The New Grail
by Rosie Harrison
The Arthurian grail legend tells of a king sending an elite band of knights to comb the world for the grail - a vessel of great power, able to heal and cure all ills in his kingdom.
Modern business leaders have much in common with Arthur. They will often appoint a ‘champion’ to go forth and bring the latest management initiative to the workforce in an effort to cure it of its current ills. Risk management may be in danger of going down the same path.
The latest cure all or grail seems to be the mantra ‘we’re all risk managers now’ with the underlying assumption that these managers are somehow created by installing an embedded risk management process.
Knights and champions both then and now know that it is neither that easy nor that simple. You can’t just go along to your local magical emporium or software supplier and pick something off the shelf.
Our modern knights have an additional problem, not only do they need the grail - the embedded process - but they have to make sure that everyone knows how and when to use it.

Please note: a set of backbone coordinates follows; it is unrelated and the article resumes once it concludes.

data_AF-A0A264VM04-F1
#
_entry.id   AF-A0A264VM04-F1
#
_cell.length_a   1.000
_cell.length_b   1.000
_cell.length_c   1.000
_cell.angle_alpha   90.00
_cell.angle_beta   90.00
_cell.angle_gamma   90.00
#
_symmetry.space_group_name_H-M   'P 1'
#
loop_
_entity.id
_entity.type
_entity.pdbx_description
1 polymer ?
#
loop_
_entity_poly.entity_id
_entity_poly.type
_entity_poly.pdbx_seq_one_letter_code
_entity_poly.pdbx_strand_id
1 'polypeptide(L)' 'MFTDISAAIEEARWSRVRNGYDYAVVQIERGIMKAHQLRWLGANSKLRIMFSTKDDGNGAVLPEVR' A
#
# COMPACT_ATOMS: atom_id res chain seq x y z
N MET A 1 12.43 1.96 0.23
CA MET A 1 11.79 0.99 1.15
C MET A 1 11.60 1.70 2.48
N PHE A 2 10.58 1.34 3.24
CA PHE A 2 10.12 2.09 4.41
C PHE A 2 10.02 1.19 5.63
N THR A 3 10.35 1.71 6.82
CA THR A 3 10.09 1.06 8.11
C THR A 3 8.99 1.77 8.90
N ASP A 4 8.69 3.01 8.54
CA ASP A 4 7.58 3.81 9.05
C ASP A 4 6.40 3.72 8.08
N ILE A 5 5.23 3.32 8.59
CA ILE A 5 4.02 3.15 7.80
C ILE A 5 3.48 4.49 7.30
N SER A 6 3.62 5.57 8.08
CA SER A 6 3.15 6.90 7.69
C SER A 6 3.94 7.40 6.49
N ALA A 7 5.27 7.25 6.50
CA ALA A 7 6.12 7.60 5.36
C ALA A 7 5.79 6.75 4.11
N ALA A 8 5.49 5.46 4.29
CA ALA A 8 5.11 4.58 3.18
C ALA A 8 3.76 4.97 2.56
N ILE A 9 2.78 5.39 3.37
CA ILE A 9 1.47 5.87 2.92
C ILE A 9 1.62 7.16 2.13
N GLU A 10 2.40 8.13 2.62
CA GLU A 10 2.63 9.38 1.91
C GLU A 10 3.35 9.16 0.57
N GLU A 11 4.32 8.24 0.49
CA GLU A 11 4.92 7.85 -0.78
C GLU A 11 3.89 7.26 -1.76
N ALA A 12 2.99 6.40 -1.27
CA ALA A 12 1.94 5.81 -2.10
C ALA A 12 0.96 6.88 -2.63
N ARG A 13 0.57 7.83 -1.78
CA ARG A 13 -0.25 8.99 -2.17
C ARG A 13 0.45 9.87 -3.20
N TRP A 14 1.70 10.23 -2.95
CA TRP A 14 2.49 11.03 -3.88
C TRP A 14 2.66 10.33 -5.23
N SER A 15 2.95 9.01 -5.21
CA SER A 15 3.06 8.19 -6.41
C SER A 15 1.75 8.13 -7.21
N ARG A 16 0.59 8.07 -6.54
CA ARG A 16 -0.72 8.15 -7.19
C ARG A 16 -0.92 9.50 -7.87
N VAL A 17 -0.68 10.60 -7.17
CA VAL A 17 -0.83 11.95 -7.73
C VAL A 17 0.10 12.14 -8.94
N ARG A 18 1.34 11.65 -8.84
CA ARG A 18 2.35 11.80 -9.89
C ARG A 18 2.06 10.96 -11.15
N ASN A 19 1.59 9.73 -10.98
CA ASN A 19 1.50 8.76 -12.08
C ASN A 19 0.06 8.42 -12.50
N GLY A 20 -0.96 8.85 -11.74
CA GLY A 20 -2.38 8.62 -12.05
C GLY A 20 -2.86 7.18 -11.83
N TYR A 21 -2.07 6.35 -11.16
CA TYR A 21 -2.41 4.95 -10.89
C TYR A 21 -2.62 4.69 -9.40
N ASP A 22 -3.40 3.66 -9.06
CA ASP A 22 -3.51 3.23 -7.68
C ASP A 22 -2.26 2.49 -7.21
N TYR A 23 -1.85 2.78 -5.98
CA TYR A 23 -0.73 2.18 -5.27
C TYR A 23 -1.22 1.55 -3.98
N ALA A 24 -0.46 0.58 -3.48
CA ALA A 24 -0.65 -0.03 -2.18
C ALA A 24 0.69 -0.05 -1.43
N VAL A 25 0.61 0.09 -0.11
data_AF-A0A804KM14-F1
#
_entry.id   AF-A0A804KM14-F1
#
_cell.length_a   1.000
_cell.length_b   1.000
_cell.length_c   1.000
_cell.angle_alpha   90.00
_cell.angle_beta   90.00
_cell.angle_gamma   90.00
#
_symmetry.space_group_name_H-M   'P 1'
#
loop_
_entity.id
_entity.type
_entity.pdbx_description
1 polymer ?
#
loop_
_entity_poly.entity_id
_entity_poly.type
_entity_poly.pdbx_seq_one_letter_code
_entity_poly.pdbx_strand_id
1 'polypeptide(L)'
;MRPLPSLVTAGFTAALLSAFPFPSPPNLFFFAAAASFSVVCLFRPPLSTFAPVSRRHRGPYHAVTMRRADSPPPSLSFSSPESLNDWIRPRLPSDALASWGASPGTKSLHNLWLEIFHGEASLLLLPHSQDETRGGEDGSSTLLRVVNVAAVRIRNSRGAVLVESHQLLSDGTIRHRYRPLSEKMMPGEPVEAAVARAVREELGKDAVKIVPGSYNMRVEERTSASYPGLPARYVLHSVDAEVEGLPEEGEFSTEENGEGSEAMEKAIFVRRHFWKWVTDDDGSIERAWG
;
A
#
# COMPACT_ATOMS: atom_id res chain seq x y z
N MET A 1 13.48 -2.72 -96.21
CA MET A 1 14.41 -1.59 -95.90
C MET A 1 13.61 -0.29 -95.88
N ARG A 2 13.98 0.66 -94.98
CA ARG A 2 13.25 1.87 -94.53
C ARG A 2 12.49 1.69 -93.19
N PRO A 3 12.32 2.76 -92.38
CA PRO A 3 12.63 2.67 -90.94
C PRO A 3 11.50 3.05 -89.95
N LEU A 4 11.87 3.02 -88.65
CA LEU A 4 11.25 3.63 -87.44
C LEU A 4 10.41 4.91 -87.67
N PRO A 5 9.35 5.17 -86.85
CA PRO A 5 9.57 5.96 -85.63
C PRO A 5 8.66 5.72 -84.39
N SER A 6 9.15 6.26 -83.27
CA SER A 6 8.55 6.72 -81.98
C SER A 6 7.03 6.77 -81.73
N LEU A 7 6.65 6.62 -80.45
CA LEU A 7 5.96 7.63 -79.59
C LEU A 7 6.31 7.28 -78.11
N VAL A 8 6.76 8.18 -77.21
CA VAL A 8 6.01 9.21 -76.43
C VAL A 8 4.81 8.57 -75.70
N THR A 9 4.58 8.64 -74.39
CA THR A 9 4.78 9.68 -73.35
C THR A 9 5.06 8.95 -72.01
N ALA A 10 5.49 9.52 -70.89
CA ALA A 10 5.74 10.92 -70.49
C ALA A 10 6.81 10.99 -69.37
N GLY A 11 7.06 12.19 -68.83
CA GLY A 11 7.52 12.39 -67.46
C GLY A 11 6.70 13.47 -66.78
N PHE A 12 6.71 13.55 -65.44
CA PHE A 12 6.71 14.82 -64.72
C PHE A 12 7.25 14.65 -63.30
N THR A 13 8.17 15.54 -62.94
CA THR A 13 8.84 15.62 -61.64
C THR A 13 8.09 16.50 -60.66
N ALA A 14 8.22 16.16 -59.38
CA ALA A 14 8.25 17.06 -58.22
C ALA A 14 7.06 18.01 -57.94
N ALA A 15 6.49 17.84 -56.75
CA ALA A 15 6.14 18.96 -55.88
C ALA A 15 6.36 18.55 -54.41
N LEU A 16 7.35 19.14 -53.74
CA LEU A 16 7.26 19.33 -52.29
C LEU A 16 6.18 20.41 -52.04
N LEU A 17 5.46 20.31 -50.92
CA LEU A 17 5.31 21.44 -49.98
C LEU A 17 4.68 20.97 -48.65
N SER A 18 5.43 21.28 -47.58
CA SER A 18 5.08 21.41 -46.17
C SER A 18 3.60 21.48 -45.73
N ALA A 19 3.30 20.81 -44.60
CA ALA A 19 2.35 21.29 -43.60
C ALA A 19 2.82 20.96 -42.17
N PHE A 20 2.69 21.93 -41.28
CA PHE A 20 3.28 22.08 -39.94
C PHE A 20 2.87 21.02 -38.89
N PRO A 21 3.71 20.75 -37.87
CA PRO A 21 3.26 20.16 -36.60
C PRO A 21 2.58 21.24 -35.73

Is it truly rational to expect an instant solution, some kind of technological silver bullet?
My own experience is that it is not.
Having spent 8 years in business risk management working with a wide variety of managers some totally risk averse and some almost breathtakingly risk dense (wouldn’t recognise a risk if it bit them!). I can say with conviction that it’s not so much the process that counts but the people who use it that matter most.
And also spending the last two years convincing managers to use our embedded processes I was not surprised to find that when the embedded process provided documentation and compliance information they were mainly used at the regular review periods. But now that we are extending the range and scope of the embedded process and linking it to change and configuration processes we are finding that it is becoming used more regularly.
Some things never change - managers will only use tools when the time and effort of using the tool produces positive gains over not using the tool and experiencing negative consequences.